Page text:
So it seems kind of disingenuous for her to imply that a government shutdown would bring current relief efforts to a halt when what she is really talking about is future funding. People on Maui are very scared and distressed as it is, and suggesting they may lose what little help they are getting if the federal government is shut down is just stressing them even more.
The Blog has been regularly aghast at the people who have taken advantage of the Maui fires, with their terrible toll on the community and the state, to try to leverage political gain or reap some sort of financial advantage for themselves.
In her eagerness to bash political opponents, Hirono is coming across that way as well….
VIDEO: Hirono Highlights Potential Impacts of a Government Shutdown on Disaster Relief for Maui
read … The Sunshine Blog: Political Rhetoric Isn't Helping Maui Fire Survivors
The Need For Legislative Reform Can Be A Matter Of Life And Death
CB: … We’ve collectively rolled our eyes over the decades as state lawmakers played out their power struggles in private, often rewarding entrenched leaders with pork spending while delaying obviously needed legislation for many years and flat-out crushing efforts at serious reform.
The State Capitol’s power brokers pretty much maintained the status quo last session even after public scandals inspired all the noise about the need for reform….
Just as leadership promised corruption reform after two of its own lawmakers were convicted of taking bribes, the legislative powers that be are all over the Maui wildfires and efforts aimed at making sure nothing like this ever happens again. Already, the House of Representatives has announced the formation of six working groups to address the fact that many other urban areas are endangered by the parched brush they border.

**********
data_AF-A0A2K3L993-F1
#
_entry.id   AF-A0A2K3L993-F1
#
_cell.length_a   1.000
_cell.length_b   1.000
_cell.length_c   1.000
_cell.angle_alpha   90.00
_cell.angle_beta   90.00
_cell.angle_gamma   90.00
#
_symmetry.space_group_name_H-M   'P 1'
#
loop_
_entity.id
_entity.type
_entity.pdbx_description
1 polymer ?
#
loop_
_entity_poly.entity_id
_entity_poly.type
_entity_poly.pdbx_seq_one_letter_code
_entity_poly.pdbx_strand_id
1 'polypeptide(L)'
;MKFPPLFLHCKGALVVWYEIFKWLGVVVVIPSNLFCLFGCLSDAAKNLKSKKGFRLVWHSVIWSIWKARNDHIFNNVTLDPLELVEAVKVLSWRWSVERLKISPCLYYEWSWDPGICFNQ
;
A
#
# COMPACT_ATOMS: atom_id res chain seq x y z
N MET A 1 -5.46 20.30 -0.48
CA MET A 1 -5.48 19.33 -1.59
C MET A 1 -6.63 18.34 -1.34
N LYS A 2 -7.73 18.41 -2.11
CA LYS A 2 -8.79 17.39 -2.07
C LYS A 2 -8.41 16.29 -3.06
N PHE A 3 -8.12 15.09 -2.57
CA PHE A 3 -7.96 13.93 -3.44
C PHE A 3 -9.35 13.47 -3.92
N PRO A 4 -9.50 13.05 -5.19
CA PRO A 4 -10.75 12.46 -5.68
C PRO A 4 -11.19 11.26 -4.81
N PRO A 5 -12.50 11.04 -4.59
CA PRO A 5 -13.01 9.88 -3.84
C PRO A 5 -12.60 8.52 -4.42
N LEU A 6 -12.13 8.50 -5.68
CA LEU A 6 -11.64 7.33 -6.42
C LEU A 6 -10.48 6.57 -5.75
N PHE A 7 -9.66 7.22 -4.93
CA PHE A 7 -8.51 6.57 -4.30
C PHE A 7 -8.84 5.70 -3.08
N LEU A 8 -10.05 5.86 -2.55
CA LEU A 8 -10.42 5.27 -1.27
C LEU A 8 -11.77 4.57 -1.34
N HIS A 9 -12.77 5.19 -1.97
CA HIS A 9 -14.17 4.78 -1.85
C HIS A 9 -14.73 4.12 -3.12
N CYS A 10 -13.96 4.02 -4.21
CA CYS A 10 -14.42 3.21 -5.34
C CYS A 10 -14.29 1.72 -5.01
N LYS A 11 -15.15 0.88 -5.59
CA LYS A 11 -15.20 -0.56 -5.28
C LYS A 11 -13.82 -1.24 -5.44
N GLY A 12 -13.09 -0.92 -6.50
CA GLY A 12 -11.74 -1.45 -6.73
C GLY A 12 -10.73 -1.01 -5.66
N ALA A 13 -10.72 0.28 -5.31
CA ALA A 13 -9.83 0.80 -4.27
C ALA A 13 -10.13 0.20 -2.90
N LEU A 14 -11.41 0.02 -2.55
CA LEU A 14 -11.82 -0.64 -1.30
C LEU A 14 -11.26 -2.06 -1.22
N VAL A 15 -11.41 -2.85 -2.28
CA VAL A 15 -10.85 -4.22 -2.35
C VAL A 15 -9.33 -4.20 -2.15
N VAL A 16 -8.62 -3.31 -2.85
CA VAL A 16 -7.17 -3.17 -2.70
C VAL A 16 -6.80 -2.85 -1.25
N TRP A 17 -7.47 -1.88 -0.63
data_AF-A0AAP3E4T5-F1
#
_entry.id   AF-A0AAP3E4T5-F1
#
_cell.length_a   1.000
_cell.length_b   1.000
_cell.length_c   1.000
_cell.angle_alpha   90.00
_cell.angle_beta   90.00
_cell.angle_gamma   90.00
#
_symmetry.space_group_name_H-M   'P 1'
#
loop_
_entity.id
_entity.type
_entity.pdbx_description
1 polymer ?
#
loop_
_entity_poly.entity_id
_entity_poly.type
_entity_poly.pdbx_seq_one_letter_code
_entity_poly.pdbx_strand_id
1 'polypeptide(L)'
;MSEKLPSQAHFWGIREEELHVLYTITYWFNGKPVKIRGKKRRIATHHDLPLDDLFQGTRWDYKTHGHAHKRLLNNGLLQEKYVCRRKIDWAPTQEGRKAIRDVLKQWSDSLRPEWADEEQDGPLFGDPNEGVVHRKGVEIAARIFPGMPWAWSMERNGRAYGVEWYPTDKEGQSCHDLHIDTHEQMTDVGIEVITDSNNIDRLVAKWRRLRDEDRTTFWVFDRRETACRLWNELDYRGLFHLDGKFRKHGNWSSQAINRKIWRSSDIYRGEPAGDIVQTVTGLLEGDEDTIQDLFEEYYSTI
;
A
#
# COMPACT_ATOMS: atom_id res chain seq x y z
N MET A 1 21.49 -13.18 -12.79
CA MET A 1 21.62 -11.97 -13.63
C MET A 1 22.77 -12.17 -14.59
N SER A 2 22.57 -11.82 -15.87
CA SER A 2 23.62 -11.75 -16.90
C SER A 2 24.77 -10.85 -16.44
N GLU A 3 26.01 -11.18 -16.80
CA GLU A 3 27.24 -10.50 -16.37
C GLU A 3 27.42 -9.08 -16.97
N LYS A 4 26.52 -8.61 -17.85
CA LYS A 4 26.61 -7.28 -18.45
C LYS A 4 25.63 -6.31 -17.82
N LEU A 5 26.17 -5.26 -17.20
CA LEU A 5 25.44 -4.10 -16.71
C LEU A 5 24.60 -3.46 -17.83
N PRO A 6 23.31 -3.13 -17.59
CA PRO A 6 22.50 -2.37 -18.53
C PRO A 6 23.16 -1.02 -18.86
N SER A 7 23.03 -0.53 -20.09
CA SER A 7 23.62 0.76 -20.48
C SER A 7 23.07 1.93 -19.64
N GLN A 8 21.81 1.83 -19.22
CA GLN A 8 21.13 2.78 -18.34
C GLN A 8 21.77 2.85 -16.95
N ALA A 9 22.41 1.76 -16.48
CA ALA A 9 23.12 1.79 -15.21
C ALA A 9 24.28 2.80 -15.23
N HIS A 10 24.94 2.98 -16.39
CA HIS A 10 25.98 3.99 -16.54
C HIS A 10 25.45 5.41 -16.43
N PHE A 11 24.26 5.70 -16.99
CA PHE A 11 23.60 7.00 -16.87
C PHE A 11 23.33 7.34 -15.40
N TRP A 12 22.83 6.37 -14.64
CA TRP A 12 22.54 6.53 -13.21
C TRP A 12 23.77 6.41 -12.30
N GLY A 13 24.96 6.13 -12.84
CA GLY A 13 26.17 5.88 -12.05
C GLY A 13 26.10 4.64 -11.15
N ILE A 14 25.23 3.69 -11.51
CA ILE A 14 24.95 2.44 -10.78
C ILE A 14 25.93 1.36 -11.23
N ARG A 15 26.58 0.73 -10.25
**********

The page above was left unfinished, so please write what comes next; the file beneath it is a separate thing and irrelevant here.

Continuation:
But does it take an unspeakable tragedy to force the Legislature to do its job?
Hawaii has long underfunded its firefighting and fire prevention efforts on open lands throughout the islands — despite numerous studies pointing out the danger….
read … The Need For Legislative Reform Can Be A Matter Of Life And Death
Hawaii Wildfire-Fighting Force Eyes Eightfold Increase In Funding
CB: … The state Division of Forestry and Wildlife is preparing to ask lawmakers for more than $24 million to help battle wildfires in the islands after years of being chronically under-resourced, according to draft budget documents obtained by Civil Beat.
The agency will use that money to purchase everything from fire tankers and dozers to hiring staff and conducting community fire prevention, DOFAW documents show.
The division, which falls under the Department of Land and Natural Resources, has received little funding to see out its mandate while the risk of wildfire increased exponentially across Hawaii. Now in the wake of the blazes that gripped Hawaii on Aug. 8, including the conflagration that razed most of Lahaina and killed at least 97 people, the division has lawmakers’ attention….
read … Hawaii Wildfire-Fighting Force Eyes Eightfold Increase In Funding
Lahaina Fire News: